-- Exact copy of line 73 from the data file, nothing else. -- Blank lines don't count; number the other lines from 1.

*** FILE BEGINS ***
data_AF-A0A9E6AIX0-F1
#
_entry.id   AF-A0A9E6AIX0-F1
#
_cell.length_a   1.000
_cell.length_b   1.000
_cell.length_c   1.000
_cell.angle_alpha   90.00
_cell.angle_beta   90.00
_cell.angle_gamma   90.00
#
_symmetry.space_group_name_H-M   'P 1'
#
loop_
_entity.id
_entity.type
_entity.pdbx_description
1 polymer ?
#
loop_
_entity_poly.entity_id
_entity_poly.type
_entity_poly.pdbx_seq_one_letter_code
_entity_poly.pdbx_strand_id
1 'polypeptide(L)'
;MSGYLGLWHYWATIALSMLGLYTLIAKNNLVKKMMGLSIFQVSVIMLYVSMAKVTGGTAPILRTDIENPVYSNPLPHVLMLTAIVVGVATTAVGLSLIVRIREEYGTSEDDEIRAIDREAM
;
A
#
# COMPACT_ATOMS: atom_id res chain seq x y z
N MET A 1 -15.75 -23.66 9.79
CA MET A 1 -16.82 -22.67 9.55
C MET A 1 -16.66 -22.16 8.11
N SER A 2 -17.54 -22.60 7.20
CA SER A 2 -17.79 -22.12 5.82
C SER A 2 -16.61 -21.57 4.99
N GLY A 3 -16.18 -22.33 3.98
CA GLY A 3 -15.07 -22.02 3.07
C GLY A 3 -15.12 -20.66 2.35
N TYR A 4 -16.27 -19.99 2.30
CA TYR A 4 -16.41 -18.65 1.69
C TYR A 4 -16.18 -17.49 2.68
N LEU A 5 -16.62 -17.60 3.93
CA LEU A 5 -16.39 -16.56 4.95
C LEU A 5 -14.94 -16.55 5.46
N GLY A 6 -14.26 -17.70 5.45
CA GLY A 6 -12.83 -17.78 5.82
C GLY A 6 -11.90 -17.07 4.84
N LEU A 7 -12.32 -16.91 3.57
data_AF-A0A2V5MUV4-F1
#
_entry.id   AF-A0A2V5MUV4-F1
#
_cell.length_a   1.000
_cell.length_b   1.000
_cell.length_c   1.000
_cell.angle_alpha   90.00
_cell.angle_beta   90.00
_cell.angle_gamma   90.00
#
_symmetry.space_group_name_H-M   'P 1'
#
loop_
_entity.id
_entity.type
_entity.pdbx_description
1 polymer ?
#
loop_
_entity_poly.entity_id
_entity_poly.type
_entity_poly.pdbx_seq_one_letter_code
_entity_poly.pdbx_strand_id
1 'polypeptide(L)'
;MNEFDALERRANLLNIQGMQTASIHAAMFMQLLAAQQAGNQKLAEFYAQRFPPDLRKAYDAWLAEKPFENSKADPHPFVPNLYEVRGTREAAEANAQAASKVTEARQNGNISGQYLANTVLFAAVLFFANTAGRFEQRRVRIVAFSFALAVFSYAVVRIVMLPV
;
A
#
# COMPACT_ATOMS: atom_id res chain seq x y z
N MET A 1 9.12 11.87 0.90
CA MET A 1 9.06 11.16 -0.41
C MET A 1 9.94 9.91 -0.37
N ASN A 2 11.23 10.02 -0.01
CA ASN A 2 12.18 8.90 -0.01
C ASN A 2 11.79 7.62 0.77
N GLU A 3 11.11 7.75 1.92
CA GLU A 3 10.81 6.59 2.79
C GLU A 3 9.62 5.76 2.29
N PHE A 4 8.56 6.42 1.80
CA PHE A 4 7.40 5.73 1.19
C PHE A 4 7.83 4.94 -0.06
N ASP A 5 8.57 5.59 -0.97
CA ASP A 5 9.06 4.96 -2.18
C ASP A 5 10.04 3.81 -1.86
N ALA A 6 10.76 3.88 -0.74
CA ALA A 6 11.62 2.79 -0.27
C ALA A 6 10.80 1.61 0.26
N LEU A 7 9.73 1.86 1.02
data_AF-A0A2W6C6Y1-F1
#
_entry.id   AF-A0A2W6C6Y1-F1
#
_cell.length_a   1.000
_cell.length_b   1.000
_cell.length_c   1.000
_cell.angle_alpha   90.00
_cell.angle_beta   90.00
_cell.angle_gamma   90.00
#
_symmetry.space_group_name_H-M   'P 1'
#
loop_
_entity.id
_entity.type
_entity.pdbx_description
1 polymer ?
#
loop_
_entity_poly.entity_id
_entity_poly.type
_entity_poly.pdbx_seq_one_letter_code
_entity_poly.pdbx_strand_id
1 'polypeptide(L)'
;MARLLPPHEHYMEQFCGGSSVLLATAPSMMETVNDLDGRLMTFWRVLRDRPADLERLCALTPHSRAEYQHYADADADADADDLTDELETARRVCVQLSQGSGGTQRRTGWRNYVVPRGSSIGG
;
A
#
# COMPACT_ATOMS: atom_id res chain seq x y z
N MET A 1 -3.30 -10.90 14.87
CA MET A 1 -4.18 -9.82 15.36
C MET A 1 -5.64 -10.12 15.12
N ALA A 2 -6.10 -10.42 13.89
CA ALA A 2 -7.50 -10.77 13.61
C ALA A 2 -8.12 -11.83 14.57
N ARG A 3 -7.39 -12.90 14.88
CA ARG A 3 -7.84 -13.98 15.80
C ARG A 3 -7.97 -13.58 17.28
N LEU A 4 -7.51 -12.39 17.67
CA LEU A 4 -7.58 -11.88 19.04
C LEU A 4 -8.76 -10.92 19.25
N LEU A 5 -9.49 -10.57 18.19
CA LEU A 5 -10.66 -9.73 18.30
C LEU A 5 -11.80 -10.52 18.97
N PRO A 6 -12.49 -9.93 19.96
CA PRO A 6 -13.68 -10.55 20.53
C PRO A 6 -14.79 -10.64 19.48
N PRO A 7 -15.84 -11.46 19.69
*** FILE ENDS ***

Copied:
_entity_poly.pdbx_strand_id